Browsing named entities in The Daily Dispatch: April 21, 1862., [Electronic resource]. You can also browse the collection for Thomas G. Jackson or search for Thomas G. Jackson in all documents.

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sperate bravery of our men. We exhausted our cartridges time and again, and continued on with the bayonet. I never want to see such a sight again; it makes my blood run cold to think about it; the dead were piled up on every field by the hundreds, with the meet ghastly looking wounds you ever looked at Most of the Yankees that I saw dead were shot through the head, and their brains had oozed out on the ground, and the groans of the wounded were awful to hear. A little before sunset, Gen. Jackson's brigade, having fired away its ammunition, was driven back and was in great danger of falling into confusion, when the General and his staff galloped into the midst of them, directed the standard bearers to hoist their flags, and calling on their men not to let Alabama (they were all Alabamians except one regiment) be ashamed of them, they rallied immediately, and charged with the bayonet.--This threw the enemy into confusion, and the cavalry dashing in upon them, entirely cut off their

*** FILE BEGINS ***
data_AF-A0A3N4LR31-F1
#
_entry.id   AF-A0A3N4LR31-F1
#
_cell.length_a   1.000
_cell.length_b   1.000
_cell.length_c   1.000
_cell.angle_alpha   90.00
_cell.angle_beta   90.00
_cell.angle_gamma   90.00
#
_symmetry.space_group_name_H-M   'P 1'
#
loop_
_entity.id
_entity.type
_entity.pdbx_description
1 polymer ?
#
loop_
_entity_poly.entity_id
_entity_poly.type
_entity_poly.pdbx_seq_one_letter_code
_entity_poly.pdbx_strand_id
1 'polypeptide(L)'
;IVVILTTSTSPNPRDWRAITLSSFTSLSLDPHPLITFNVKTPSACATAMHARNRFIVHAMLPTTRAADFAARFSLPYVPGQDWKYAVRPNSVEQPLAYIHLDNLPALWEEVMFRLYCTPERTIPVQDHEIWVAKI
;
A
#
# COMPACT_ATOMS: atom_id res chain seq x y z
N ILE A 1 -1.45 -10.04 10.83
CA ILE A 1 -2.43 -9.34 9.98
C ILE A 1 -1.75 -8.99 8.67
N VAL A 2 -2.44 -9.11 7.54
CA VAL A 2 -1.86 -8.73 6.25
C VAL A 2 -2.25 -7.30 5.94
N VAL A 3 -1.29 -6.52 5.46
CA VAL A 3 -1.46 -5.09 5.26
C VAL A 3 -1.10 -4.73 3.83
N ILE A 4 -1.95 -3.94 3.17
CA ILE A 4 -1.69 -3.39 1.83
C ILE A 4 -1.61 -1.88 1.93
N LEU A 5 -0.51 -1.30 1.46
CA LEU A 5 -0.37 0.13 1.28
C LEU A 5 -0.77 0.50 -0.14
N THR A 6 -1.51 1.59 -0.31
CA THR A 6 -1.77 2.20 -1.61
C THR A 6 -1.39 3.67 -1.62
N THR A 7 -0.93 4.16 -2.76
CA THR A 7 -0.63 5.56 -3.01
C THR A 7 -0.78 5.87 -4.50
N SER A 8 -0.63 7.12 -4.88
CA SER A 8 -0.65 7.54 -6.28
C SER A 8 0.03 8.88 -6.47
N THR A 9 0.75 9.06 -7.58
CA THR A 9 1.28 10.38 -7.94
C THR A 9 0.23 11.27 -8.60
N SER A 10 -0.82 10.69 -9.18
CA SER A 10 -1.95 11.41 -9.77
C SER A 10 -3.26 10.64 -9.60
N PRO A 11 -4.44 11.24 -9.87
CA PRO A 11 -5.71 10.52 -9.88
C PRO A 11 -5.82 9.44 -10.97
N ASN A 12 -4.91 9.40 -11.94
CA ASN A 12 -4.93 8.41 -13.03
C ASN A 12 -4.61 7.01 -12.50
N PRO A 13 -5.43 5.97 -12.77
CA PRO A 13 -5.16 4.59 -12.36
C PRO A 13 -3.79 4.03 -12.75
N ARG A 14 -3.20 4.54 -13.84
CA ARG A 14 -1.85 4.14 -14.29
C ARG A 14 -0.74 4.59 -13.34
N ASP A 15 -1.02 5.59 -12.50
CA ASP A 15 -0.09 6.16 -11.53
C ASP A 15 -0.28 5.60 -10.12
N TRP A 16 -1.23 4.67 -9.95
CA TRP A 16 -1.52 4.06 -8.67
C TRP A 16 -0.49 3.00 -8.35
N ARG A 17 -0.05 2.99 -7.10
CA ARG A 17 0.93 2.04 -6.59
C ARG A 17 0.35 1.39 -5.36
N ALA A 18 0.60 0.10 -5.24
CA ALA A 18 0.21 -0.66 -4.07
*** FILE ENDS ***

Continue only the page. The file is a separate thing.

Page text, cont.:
From Jackson's army. The Lynchburg Virginian, of yesterday, has the following: The passengers who arrived on the Orange and Alexandria train Saturday night contradict the reported battle between Jackson and the enemy. They report a slight skirmish between Ashby's cavalry and the enemy. One company of our cavalry, who were on picket, were surrounded and taken prisoners. General Jackson was falling back in perfect order, and without the loss of any stores. It is supposed to beGeneral Jackson was falling back in perfect order, and without the loss of any stores. It is supposed to be his intention to concentrate his forces with those of General Edward Johnson, who had also left his former position, and give the enemy battle. The Lynchburg Republican has a report of a sharp artillery duel on Friday last, across the Rappahannock, between a portion of General Ewell's command and the enemy. Our loss was two or three killed and some fifteen of twenty wounded. The loss of the enemy was thought to be much heavier.